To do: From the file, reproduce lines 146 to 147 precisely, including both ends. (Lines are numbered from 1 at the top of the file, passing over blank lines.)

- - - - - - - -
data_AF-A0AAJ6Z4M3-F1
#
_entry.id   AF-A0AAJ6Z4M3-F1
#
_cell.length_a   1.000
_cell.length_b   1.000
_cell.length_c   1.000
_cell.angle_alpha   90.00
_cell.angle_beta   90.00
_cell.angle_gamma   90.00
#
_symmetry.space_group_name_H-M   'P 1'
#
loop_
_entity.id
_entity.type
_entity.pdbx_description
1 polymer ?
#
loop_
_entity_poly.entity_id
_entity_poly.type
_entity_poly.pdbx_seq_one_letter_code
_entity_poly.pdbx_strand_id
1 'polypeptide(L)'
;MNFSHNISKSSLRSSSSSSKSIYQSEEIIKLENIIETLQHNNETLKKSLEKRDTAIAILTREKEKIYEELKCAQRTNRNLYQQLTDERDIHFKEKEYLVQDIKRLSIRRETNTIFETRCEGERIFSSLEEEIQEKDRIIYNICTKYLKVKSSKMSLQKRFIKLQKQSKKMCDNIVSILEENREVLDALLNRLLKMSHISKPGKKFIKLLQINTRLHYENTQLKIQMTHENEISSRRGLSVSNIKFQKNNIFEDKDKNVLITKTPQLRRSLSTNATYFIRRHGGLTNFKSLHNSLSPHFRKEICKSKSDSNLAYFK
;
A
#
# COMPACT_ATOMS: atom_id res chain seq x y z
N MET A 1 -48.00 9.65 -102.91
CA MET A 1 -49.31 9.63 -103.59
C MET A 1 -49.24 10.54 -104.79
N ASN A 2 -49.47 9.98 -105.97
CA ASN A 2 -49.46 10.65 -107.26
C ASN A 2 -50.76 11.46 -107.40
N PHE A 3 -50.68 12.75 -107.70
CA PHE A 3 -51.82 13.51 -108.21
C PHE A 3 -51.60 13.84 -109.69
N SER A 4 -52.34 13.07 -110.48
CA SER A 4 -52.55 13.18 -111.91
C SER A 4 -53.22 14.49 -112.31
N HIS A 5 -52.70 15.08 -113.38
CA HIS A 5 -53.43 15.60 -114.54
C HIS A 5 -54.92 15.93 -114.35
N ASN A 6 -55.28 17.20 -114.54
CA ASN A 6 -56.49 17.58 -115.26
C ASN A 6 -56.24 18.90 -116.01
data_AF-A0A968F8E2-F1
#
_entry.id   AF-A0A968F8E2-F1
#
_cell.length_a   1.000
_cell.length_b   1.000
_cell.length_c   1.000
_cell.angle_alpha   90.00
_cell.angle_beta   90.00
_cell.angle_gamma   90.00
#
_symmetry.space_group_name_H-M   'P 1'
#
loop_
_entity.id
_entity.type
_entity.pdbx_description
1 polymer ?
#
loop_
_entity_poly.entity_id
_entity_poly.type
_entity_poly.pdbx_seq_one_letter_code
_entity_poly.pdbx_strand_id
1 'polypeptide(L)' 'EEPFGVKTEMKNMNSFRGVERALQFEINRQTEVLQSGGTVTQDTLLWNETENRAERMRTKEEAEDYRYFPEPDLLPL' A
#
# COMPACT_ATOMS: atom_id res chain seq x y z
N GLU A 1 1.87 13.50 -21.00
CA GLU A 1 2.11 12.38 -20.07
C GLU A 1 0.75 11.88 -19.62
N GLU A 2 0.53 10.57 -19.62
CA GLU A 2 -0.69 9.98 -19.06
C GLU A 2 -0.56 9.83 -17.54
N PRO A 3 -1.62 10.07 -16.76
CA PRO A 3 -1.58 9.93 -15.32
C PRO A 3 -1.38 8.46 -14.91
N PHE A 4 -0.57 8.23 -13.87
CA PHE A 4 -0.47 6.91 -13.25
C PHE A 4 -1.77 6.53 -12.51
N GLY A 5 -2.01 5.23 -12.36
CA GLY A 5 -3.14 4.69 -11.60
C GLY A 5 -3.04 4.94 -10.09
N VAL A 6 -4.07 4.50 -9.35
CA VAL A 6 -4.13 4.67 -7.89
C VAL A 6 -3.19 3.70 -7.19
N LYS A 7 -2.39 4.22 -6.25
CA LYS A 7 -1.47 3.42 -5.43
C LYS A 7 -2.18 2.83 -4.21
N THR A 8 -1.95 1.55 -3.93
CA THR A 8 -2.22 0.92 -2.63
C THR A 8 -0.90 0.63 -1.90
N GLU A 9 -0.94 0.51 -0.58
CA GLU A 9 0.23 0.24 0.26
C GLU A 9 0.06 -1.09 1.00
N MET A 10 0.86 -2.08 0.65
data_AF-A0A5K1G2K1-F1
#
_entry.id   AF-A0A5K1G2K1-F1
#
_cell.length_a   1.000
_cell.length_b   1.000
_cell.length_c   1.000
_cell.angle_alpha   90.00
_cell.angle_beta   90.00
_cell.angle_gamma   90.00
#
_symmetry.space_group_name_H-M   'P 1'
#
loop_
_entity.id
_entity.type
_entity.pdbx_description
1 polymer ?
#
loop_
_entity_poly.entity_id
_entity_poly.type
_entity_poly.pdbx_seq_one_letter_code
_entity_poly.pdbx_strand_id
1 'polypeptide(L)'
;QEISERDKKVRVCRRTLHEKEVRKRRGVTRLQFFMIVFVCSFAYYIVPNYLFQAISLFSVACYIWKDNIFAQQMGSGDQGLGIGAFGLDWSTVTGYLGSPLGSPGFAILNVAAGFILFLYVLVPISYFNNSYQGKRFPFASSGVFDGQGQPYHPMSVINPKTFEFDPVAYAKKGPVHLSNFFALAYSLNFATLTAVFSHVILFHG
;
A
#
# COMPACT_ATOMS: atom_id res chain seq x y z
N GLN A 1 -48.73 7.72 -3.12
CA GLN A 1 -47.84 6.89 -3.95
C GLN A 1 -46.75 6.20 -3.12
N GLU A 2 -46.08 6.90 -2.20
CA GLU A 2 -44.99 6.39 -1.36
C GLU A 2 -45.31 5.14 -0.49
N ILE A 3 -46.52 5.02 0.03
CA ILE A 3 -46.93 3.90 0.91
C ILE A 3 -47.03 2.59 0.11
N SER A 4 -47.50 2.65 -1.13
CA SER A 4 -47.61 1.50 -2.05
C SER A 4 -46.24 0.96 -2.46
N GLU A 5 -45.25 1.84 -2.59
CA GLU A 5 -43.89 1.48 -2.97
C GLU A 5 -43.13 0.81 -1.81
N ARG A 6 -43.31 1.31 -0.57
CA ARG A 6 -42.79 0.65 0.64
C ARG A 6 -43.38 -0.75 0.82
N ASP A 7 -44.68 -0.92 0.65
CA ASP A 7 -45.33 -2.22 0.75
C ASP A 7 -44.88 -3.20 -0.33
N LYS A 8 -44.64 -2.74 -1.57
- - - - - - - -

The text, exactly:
N GLU A 5 -45.25 1.84 -2.59
CA GLU A 5 -43.89 1.48 -2.97